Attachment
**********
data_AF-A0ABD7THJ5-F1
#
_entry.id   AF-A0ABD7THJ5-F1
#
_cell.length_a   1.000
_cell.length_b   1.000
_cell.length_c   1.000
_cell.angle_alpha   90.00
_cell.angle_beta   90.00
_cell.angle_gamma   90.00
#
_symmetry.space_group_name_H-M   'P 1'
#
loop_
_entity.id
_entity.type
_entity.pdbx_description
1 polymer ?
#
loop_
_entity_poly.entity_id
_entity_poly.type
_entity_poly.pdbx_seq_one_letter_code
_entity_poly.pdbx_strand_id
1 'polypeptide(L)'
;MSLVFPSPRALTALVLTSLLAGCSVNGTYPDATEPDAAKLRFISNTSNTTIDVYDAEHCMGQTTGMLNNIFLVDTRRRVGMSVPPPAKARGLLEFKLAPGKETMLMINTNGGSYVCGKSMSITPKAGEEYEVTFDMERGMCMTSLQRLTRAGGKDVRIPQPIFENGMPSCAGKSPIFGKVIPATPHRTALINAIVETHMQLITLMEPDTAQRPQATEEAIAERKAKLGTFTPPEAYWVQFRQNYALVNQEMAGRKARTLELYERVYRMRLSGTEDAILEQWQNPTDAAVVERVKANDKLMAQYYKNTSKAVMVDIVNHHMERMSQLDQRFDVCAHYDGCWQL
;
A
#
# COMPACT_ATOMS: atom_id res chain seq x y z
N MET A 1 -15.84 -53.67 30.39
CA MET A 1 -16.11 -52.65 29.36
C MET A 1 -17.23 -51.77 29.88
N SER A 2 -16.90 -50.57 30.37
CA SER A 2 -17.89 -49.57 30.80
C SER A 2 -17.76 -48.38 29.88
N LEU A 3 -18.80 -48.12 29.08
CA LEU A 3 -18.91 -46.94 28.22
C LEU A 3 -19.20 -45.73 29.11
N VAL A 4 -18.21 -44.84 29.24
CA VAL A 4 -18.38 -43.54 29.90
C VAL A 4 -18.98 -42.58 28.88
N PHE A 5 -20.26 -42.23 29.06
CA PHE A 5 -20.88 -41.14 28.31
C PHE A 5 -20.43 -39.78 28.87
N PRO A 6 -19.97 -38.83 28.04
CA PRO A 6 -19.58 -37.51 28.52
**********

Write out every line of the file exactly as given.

data_AF-A0ABD7THJ5-F1
#
_entry.id   AF-A0ABD7THJ5-F1
#
_cell.length_a   1.000
_cell.length_b   1.000
_cell.length_c   1.000
_cell.angle_alpha   90.00
_cell.angle_beta   90.00
_cell.angle_gamma   90.00
#
_symmetry.space_group_name_H-M   'P 1'
#
loop_
_entity.id
_entity.type
_entity.pdbx_description
1 polymer ?
#
loop_
_entity_poly.entity_id
_entity_poly.type
_entity_poly.pdbx_seq_one_letter_code
_entity_poly.pdbx_strand_id
1 'polypeptide(L)'
;MSLVFPSPRALTALVLTSLLAGCSVNGTYPDATEPDAAKLRFISNTSNTTIDVYDAEHCMGQTTGMLNNIFLVDTRRRVGMSVPPPAKARGLLEFKLAPGKETMLMINTNGGSYVCGKSMSITPKAGEEYEVTFDMERGMCMTSLQRLTRAGGKDVRIPQPIFENGMPSCAGKSPIFGKVIPATPHRTALINAIVETHMQLITLMEPDTAQRPQATEEAIAERKAKLGTFTPPEAYWVQFRQNYALVNQEMAGRKARTLELYERVYRMRLSGTEDAILEQWQNPTDAAVVERVKANDKLMAQYYKNTSKAVMVDIVNHHMERMSQLDQRFDVCAHYDGCWQL
;
A
#
# COMPACT_ATOMS: atom_id res chain seq x y z
N MET A 1 -15.84 -53.67 30.39
CA MET A 1 -16.11 -52.65 29.36
C MET A 1 -17.23 -51.77 29.88
N SER A 2 -16.90 -50.57 30.37
CA SER A 2 -17.89 -49.57 30.80
C SER A 2 -17.76 -48.38 29.88
N LEU A 3 -18.80 -48.12 29.08
CA LEU A 3 -18.91 -46.94 28.22
C LEU A 3 -19.20 -45.73 29.11
N VAL A 4 -18.21 -44.84 29.24
CA VAL A 4 -18.38 -43.54 29.90
C VAL A 4 -18.98 -42.58 28.88
N PHE A 5 -20.26 -42.23 29.06
CA PHE A 5 -20.88 -41.14 28.31
C PHE A 5 -20.43 -39.78 28.87
N PRO A 6 -19.97 -38.83 28.04
CA PRO A 6 -19.58 -37.51 28.52